What Causes Dry Eye Syndrome?

Dry eye is one of the most common eye problems addressed at Fisher-Swale-Nicholson Eye Center. It affects 10 million Americans and counting. In addition to being uncomfortable and annoying, dry eye syndrome can also permanently harm your vision.

Why Dry Eye Syndrome Happens

Dry eye syndrome is a condition caused when the eye does not produce enough tears or when the tears that the eye produces are not “healthy.” 

Our tears have three layers: oily, watery, and mucus that act together to protect vision and keep the eye translucent, and smooth. Tears are produced one of two ways: 

  1. Slow and steady providing a constant lubrication for the eyes. 
  2. Fast and flowing due to visceral emotion or eye irritation. 

When the tear processes are interrupted that is typically when patients get dry eye. But sometimes dry eye is inevitable. For example, the older we get the more our hormones change, and the harder it becomes to develop tears. 

In other cases dry eye syndrome is caused by medical conditions such as: 

  1. Thyroid conditions 
  2. Vitamin A deficiency 
  3. Menopause 
  4. Parkinson’s disease 
  5. Sjogren’s disease 
  6. Rheumatoid Arthritis 
  7. Lupus
  8. Blepharitis (swelling of eyelids)
  9. Entropion (turned in eyelids)
  10. 10.Ectropion (turned out eyelids)

Also, certain medications can dry out the eyes. There are also everyday factors like

  1. Harsh climates (dry, wind, smoke)
  2. Staring at a screen for too long 

Even contact lens wearers or those patients who received 20/20 vision with LASIK can get dry eyes. 

Here at FSN Eye we can perform tests to determine the underlying cause of the problem. Our certified technicians will measure the production, evaporation rate, and quality of the tear film. From there your optometrist can prescribe treatment.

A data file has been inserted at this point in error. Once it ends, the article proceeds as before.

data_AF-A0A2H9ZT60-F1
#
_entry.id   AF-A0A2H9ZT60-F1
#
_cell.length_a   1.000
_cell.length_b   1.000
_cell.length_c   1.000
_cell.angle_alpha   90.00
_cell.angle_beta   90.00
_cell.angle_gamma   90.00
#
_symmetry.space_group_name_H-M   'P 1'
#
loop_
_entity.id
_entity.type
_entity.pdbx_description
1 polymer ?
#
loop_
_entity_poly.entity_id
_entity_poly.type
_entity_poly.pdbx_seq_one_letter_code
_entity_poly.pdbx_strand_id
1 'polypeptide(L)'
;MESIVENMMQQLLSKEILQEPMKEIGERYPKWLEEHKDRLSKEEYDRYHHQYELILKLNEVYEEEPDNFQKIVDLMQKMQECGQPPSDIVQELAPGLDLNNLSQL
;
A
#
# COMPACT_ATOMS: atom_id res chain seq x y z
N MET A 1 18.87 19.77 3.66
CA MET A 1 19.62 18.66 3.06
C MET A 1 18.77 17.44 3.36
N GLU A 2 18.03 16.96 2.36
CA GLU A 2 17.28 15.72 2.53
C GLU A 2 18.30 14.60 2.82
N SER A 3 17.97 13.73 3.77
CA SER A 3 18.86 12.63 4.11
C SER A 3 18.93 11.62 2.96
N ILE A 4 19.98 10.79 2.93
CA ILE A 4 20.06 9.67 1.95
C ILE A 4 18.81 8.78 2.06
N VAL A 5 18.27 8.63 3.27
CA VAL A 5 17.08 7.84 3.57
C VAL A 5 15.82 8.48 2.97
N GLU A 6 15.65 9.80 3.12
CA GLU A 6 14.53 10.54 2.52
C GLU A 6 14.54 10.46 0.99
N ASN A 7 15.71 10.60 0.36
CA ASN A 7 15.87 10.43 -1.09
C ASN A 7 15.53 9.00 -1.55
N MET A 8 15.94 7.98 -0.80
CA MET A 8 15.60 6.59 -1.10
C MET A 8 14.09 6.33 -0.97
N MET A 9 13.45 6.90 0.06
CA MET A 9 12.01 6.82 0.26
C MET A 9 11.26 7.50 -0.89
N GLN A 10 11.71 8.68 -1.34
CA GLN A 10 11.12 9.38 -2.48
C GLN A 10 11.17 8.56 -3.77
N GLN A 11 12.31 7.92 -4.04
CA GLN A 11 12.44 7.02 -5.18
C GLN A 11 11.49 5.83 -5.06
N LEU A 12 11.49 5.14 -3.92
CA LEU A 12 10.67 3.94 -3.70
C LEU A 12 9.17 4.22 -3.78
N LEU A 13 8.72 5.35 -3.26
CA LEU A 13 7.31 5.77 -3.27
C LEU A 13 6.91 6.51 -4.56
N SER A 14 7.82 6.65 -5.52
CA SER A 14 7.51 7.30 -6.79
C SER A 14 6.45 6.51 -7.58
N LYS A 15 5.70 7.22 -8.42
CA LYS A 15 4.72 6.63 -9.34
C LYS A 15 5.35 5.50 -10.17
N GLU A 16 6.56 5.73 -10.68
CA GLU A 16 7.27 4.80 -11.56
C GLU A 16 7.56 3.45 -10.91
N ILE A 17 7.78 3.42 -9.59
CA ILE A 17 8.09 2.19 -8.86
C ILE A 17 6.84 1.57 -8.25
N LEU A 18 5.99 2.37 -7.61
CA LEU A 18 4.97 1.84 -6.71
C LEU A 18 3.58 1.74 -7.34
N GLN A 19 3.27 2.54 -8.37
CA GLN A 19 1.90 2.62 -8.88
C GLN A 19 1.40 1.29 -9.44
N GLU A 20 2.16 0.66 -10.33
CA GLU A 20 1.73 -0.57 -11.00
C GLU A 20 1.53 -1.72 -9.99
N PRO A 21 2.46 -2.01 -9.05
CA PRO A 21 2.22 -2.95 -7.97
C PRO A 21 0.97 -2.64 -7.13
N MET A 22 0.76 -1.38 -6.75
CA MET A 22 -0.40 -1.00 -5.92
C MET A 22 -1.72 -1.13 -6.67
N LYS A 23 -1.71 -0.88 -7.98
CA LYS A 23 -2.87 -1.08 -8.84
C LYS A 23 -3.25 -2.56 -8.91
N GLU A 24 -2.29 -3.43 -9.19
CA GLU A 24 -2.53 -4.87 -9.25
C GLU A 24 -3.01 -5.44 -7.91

Types of Treatment for Dry Eye Syndrome

The most basic form of treatment is an artificial tear but there are actually several other ways to treat dry eye including 

  1. Warm compresses 
  2. Eyelid massages
  3. Eyelid cleaners 
  4. Removable punctal plugs 
  5. Prescription drop therapy 

There are changes you can make in your diet to increase your tear supply. Try adding omega-3 fatty acids. The American Academy of Ophthalmology says that omega- 3 fatty acid reduces inflammation of the eye. There are plenty of foods and supplements that have omega-3 fatty acid in them like

  1. Fish
  2. Walnuts 
  3. Soybeans
  4. Eggs 
  5. Grass fed dairy and meat products 
  6. Hemp seeds
  7. Fish oil
  8. Flaxseed oil  

Do I have Dry Eye Syndrome?

Common symptoms of dry eye syndrome are experiencing:

  1. Burning or inflammation of the eye 
  2. Stinging 
  3. Itching 
  4. Irritation
  5. Scratchiness
  6. Stringy mucous in or around the eyes
  7. Excessive tearing 
  8. Blurred vision that only improves when you blink 

If you are dealing with any of these symptoms or feel uncertain, call our office at 815-932-2020 to schedule an appointment.